Archive for November, 2013
Welcome to Stack Exchange Podcast #54, with special guest Sara J. Chipps! Joining us today also is CFO Michael Pryor. Your hosts as usual are Jay Hanlon, David Fullerton, and Joel Spolsky. Today’s episode is brought to you by /r/husky!
- We’ll start out with Site Milestones. We have one: Ham Radio will be in public beta by the time this podcast goes live. Turns out there are tons of ham radio enthusiasts even today. Ham!
- New Features
- The big thing we’re currently working on is the new topbar. It hasn’t changed in years… until now! David walks us through the new features on the upcoming new version. You can see our mockups on MSO.
- We finally released our open source status dashboard, Opserver. It’s got all sorts of awesome stuff, and you can check it out.
- We’re still working on our mobile apps for Android and iOS. The Android alpha is out, and you can sign up - it’s great. The iOS alpha is coming soon(ish), so keep an eye out for signups.
- Let’s talk to our guest, Sara J. Chipps! (She’s impressed with the legitimacy and professionalism of our podcast setup.) She’s a cofounder of Girl Develop It, a system of low-cost software development classes geared toward women (but guys are welcome too). It’s judgement-free, for total beginners who want to take their first few steps into the world of software development.
- Sara recently left her role as CTO of Levo League to focus on getting Girl Develop It’s board and 501(c)(3) status together (Levo League is a professional community for Generation Y women, and it is awesome).
- Moving on: let’s talk about women in technology. In 1984, 37% of CS degrees went to women. In 1998, it was 34%. In 2010-11, it was 12%. Sara walks us through some of the stuff she’s working on that will make technology visible and appealing to girls and young women (and wearable technology that isn’t ugly).
- Practically, what can we as humans be doing now to help the situation better for women developers?
- Getting involved in projects that are already happening is a great way to start.Girls Who Code and Black Girls Code are good resources
- JSConf EU has started reaching out to women to find speakers and had a 50/50 conference.
- Sara says another important aspect of workplace diversity is keeping them on your team: praise them publicly, and redirect them privately.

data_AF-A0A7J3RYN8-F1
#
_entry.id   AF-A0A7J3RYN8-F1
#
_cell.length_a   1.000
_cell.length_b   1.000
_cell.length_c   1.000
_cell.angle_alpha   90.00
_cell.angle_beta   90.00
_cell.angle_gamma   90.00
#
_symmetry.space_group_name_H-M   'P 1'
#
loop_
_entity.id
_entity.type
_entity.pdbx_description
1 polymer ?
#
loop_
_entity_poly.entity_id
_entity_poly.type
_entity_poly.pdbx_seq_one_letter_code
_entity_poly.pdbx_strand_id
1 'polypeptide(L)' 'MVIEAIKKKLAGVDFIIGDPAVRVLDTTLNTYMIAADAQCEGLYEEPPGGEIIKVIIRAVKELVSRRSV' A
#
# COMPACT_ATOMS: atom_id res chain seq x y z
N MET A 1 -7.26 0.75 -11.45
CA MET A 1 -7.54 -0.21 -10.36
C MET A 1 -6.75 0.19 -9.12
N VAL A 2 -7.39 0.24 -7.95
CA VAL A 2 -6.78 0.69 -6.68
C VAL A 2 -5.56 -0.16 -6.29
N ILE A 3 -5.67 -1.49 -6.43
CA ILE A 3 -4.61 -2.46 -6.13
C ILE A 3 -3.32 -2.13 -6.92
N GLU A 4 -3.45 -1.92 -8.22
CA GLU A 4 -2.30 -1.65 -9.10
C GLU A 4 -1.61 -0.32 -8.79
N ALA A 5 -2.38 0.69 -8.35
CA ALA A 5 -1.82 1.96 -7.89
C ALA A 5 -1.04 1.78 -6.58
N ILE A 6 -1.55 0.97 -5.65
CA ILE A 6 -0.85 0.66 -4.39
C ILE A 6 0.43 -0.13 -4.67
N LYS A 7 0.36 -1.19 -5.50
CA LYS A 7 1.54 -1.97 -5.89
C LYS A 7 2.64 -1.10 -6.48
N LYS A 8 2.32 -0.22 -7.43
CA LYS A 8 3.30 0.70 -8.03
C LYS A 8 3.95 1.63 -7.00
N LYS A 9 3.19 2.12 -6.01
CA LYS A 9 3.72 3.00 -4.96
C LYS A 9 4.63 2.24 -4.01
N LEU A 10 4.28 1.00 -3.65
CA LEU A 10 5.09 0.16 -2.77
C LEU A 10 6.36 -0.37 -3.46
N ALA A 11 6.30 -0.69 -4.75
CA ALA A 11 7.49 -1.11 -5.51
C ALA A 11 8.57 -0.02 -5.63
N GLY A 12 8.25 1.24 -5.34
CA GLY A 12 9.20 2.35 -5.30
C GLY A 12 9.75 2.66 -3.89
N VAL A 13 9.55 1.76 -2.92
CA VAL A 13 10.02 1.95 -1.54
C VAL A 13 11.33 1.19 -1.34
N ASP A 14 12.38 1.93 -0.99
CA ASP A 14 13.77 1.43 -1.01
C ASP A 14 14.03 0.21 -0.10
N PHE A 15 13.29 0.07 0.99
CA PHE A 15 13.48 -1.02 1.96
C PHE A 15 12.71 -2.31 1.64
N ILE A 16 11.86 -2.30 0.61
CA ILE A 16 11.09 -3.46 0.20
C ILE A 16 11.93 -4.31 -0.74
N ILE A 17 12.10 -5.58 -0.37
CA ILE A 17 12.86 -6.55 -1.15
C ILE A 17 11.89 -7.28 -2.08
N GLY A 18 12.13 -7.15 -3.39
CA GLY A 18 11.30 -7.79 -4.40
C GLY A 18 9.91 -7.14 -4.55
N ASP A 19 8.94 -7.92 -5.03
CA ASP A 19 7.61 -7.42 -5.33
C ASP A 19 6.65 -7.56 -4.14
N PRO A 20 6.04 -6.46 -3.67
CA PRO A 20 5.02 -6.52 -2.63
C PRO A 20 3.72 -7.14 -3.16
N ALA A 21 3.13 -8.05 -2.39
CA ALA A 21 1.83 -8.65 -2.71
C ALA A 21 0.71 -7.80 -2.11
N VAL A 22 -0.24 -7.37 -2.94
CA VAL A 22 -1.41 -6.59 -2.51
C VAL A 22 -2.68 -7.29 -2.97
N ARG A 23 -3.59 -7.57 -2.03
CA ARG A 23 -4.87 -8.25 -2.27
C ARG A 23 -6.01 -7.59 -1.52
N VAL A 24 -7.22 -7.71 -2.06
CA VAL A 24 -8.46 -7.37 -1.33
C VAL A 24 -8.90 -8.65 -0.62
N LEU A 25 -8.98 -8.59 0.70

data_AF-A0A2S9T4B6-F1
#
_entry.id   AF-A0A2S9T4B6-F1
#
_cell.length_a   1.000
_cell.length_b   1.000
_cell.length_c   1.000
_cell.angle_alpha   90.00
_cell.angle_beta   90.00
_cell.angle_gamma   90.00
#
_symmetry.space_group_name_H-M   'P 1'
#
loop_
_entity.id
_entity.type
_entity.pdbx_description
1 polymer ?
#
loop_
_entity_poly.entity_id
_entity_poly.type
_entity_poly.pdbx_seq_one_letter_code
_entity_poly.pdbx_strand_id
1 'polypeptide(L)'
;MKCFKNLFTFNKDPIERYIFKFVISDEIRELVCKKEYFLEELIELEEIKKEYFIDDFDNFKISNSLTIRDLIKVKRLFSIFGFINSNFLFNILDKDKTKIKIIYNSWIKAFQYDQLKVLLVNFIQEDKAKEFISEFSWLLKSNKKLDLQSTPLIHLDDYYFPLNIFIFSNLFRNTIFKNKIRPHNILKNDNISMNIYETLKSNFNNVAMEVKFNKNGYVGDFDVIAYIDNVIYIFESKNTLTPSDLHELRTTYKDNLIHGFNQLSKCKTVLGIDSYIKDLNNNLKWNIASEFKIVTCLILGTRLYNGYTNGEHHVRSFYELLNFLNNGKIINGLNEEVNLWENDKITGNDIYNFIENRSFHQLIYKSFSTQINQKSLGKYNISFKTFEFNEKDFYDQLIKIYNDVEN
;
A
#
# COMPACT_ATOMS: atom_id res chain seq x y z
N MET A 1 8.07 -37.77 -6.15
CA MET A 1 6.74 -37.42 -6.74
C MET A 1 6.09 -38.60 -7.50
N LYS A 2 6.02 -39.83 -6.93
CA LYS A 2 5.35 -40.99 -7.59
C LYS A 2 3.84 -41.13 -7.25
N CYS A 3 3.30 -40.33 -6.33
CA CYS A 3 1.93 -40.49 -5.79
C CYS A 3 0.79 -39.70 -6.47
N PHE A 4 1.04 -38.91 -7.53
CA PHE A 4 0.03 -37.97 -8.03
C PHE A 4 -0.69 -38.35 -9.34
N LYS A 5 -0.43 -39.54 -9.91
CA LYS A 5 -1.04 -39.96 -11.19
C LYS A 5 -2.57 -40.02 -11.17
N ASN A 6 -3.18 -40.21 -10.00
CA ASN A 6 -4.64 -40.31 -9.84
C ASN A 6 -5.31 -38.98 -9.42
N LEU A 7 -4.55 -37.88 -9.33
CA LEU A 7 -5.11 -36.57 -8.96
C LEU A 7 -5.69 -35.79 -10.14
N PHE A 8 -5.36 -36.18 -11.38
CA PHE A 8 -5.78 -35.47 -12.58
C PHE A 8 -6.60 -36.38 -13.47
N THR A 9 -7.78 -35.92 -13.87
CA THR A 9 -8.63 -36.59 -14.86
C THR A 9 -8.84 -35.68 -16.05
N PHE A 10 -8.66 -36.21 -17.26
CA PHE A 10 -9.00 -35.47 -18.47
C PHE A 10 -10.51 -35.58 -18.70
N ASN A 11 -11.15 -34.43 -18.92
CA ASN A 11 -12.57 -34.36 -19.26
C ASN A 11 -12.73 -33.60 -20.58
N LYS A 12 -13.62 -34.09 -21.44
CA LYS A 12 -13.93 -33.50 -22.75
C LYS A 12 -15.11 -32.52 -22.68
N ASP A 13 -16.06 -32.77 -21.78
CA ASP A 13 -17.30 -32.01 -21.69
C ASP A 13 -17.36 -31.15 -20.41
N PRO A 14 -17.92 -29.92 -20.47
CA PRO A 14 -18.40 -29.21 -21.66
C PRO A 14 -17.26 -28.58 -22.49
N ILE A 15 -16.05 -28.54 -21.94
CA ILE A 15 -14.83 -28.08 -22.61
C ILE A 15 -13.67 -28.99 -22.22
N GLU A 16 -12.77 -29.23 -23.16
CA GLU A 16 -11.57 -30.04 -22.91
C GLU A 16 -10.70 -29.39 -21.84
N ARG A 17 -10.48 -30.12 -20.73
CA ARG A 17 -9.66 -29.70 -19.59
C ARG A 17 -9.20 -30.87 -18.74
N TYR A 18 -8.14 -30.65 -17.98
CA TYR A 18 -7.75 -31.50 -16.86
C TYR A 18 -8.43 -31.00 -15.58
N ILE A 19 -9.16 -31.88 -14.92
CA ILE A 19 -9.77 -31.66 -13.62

- And get rid of the Well, Actually culture.
- How can Stack Overflow specifically help the situation?
- We currently do an okay job of creating a safe space for everyone and putting our emphasis on the content of a post instead of the person who posted it.
- The “over-moderation” we’re often criticized accidentally helps a lot with these issues, too – it makes us focus only on merit.
- Sara says we should consider hiring beginner developers and training them ourselves if we aren’t getting enough applications from female senior-level developers.
We’ve spent a good portion of the year trying to build out our teams to handle the increasing load of work here at Stack Exchange. A big part of this has involved bringing on new community managers: with both a larger number of sites *and* greater numbers of users on those sites, we hadn’t exactly been keeping up with the demand for help and guidance across the network. Tim Post signed on in the spring, followed by Jon Ericson, Gabe Koscky and Pops “Kevin” Chang.
Community Management at Stack Exchange is primarily a support role: assist folks in learning how to use the software, then help them learn to work together as they work to build something awesome. Our goal is to facilitate more than to dictate: if you’ve spent some time on a mature site, you know what we’re all working toward, but sometimes folks need a bit of help figuring out how to get there. Jon compares the job to the art of bonsai: patient observation, deliberate and judicious intervention and correction, more patient observation. We’ve been very lucky to attract so many patient, observant gardeners thus far, and I’m excited to announce that we’ve just hired one more:
Ana has a keen eye for patterns in social interaction, and delights in finding ways to help folks work together more effectively. When she’s not working, she can be found hanging out in her Brooklyn neighborhood, finding the weirdest and most fun electronic music, hacking on small projects, organizing developer conferences, or digging into a sci-fi novel or a book about behavioral psych.
We’re still in the process of introducing Ana to all of our communities, so please join me in giving her a warm welcome when she drops in on yours.